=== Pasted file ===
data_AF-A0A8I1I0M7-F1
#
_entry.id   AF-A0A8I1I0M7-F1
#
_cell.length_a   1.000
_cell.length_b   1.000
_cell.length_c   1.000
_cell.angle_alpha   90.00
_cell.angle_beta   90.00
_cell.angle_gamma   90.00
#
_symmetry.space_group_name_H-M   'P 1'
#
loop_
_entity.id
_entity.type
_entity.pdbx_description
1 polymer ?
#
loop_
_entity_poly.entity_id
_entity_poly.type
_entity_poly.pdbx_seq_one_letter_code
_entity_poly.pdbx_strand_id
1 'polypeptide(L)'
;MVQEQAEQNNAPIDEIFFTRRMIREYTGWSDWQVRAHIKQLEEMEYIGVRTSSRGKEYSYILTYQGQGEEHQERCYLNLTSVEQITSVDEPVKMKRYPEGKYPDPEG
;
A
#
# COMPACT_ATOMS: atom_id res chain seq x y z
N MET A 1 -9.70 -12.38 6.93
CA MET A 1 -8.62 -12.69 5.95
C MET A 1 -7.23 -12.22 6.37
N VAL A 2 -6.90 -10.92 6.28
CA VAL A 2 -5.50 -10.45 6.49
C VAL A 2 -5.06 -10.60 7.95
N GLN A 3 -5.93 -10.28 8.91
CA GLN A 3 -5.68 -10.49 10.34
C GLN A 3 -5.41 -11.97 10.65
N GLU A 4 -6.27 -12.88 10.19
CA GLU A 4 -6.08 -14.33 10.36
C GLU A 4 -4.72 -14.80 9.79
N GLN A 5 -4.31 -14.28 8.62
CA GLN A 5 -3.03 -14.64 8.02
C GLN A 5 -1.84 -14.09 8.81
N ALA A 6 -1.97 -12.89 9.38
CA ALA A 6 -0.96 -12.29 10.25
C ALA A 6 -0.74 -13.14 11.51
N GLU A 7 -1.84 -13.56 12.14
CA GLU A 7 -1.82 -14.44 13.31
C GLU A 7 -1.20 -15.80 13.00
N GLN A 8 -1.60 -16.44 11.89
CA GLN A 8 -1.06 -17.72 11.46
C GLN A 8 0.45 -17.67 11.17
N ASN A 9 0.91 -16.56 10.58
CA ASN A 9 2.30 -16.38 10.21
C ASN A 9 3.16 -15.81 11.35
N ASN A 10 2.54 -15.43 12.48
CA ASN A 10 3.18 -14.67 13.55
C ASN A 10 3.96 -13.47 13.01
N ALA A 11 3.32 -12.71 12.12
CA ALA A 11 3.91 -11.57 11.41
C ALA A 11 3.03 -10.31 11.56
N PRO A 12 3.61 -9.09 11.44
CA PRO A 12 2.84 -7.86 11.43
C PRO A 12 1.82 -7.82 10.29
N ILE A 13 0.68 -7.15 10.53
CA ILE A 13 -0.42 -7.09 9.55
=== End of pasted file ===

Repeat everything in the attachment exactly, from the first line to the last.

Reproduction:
data_AF-A0A8I1I0M7-F1
#
_entry.id   AF-A0A8I1I0M7-F1
#
_cell.length_a   1.000
_cell.length_b   1.000
_cell.length_c   1.000
_cell.angle_alpha   90.00
_cell.angle_beta   90.00
_cell.angle_gamma   90.00
#
_symmetry.space_group_name_H-M   'P 1'
#
loop_
_entity.id
_entity.type
_entity.pdbx_description
1 polymer ?
#
loop_
_entity_poly.entity_id
_entity_poly.type
_entity_poly.pdbx_seq_one_letter_code
_entity_poly.pdbx_strand_id
1 'polypeptide(L)'
;MVQEQAEQNNAPIDEIFFTRRMIREYTGWSDWQVRAHIKQLEEMEYIGVRTSSRGKEYSYILTYQGQGEEHQERCYLNLTSVEQITSVDEPVKMKRYPEGKYPDPEG
;
A
#
# COMPACT_ATOMS: atom_id res chain seq x y z
N MET A 1 -9.70 -12.38 6.93
CA MET A 1 -8.62 -12.69 5.95
C MET A 1 -7.23 -12.22 6.37
N VAL A 2 -6.90 -10.92 6.28
CA VAL A 2 -5.50 -10.45 6.49
C VAL A 2 -5.06 -10.60 7.95
N GLN A 3 -5.93 -10.28 8.91
CA GLN A 3 -5.68 -10.49 10.34
C GLN A 3 -5.41 -11.97 10.65
N GLU A 4 -6.27 -12.88 10.19
CA GLU A 4 -6.08 -14.33 10.36
C GLU A 4 -4.72 -14.80 9.79
N GLN A 5 -4.31 -14.28 8.62
CA GLN A 5 -3.03 -14.64 8.02
C GLN A 5 -1.84 -14.09 8.81
N ALA A 6 -1.97 -12.89 9.38
CA ALA A 6 -0.96 -12.29 10.25
C ALA A 6 -0.74 -13.14 11.51
N GLU A 7 -1.84 -13.56 12.14
CA GLU A 7 -1.82 -14.44 13.31
C GLU A 7 -1.20 -15.80 13.00
N GLN A 8 -1.60 -16.44 11.89
CA GLN A 8 -1.06 -17.72 11.46
C GLN A 8 0.45 -17.67 11.17
N ASN A 9 0.91 -16.56 10.58
CA ASN A 9 2.30 -16.38 10.21
C ASN A 9 3.16 -15.81 11.35
N ASN A 10 2.54 -15.43 12.48
CA ASN A 10 3.18 -14.67 13.55
C ASN A 10 3.96 -13.47 13.01
N ALA A 11 3.32 -12.71 12.12
CA ALA A 11 3.91 -11.57 11.41
C ALA A 11 3.03 -10.31 11.56
N PRO A 12 3.61 -9.09 11.44
CA PRO A 12 2.84 -7.86 11.43
C PRO A 12 1.82 -7.82 10.29
N ILE A 13 0.68 -7.15 10.53
CA ILE A 13 -0.42 -7.09 9.55